…for my friend, Charles Dickens

Lost portrait of Charles Dickens

Portrait of a thirty-something Charles Dickens as he looked when he wrote A Christmas Carol was found caked in mould at a South African market 150 years after it vanished

A youthful portrait of British writer Charles Dickens that went missing for 150 years went on display in London in late November, 2018 after being found covered in mould next to a metal lobster at a market in South Africa.

The miniature watercolour and gouache portrait by Margaret Gillies, valued at £220,000 pounds was painted in 1843 as the young Dickens, then in his early 30s, was writing ‘A Christmas Carol’.

The painting shows the Victorian writer clean shaven, with long, wavy hair, looking over his left shoulder, a contrast to the more common image of an ageing Dickens, with long bushy beard and messy, balding hair. Continue reading

Thomas Paine Blasts Fake Money

The paper money that funded the American Revolution led to post-war grievances, the most well-known of which was Shays’s Rebellion in back-country Massachusetts. For years after the war the Boston legislature imposed taxes, falling mainly on those least able to pay, for the full payment in specie of the highly-depreciated notes issued during the war and held mostly by well-to-do legislators and bankers. As a further aggravation, the war was fought mostly by those on whom the taxes fell, while the elites stayed home. (See the Nobel-worthy Shays’s Rebellion: The American Revolution’s Final Battle by Leonard L. Richards)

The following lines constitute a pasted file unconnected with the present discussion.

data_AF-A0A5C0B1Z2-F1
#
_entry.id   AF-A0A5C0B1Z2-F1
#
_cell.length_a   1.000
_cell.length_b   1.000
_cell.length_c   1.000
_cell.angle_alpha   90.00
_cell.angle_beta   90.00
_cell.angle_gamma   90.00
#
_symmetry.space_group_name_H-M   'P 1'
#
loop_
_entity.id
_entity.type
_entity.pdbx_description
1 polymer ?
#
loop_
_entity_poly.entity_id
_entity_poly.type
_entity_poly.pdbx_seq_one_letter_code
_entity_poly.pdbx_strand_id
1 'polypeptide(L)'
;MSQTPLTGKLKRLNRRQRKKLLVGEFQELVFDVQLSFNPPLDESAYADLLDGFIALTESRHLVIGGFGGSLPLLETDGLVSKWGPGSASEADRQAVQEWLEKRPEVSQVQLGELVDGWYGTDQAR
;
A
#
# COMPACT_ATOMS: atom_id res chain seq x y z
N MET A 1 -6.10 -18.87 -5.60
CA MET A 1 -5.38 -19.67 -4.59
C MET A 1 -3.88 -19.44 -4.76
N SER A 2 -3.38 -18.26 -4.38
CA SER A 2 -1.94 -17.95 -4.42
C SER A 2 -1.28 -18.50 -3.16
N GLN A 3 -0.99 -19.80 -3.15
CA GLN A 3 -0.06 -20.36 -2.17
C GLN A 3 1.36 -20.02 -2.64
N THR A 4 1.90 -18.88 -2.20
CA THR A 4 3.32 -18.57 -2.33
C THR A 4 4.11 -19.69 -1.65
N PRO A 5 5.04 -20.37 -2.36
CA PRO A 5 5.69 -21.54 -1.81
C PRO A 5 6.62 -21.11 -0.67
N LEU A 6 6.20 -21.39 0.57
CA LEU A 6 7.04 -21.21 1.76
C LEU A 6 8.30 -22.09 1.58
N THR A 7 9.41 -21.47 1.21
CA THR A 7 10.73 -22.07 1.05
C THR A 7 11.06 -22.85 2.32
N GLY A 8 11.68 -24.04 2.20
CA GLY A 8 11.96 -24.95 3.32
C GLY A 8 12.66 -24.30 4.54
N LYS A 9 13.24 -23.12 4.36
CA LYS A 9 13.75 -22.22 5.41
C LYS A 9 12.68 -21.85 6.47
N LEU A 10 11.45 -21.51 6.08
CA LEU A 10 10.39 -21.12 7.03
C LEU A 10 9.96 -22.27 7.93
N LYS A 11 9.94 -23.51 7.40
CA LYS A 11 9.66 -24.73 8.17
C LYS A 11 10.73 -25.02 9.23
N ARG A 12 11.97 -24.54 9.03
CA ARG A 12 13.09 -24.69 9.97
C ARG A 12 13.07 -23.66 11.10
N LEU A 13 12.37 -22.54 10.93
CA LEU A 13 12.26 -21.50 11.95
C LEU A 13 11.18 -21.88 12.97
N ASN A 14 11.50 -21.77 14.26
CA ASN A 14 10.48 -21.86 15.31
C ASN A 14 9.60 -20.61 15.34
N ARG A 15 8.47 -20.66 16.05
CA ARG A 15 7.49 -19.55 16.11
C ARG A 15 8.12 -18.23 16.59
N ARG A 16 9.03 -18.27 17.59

Petitions for redress having been ignored by the legislature for several years, town leaders in western Massachusetts organized marches, beginning in August 1786, to shut down the courts, demanding that the state constitution be revised. Eventually, through force of arms, the government put a halt to the uprising while mischaracterizing it as a refusal of the poor to pay their just taxes. Continue reading

Four Pros of Homeschooling

…and 4 Challenges

When deciding whether or not to homeschool your child, it’s important to keep in mind both the positives and negatives of homeschooling.

All parents want what’s best for their children. But when it comes to schooling, the field of choices can be murky and the decisions difficult. Parents don’t always get a close look at what goes on in their kids’ schools, nor can they fully understand the demands of homeschooling until they’ve made the leap. Continue reading

Police seized my clients’ children because they were Homeschooled

In a decision last week, the European Court of Human Rights has undermined its claim to being the “conscience of Europe” and pitted parents against children.

The Wunderlich family wanted to do what thousands of families in America do with no questions asked: educate their children at home.

But homeschooling is not allowed in Germany, and the state has relentlessly pursued the Wunderlichs and even seized their children. Continue reading

What Are Symbols For?

In 1875, Rev. Moses Drury Hoge stood before 40,000 people in Richmond, Virginia, at the foot of the newly dedicated statue of Thomas J. “Stonewall” Jackson, and delivered what one historian called the “noblest oration of his later life.”

He believed that in the future, the path to that statue would be “trodden” by the feet of travelers from “the banks of the Hudson, the Mississippi, [and] the Sacramento…from the Tiber, the Rhine, [and] the Danube.” They would be accompanied by “Honor” and “Freedom,” the twin principles by which Jackson lived and died and which these pilgrims would seek to celebrate. Jackson represented the best of American society and his memorial reminded not just America, but the world, of patriotism, heroism, and duty, the highest traits of Western Civilization and of all dead heroes. Continue reading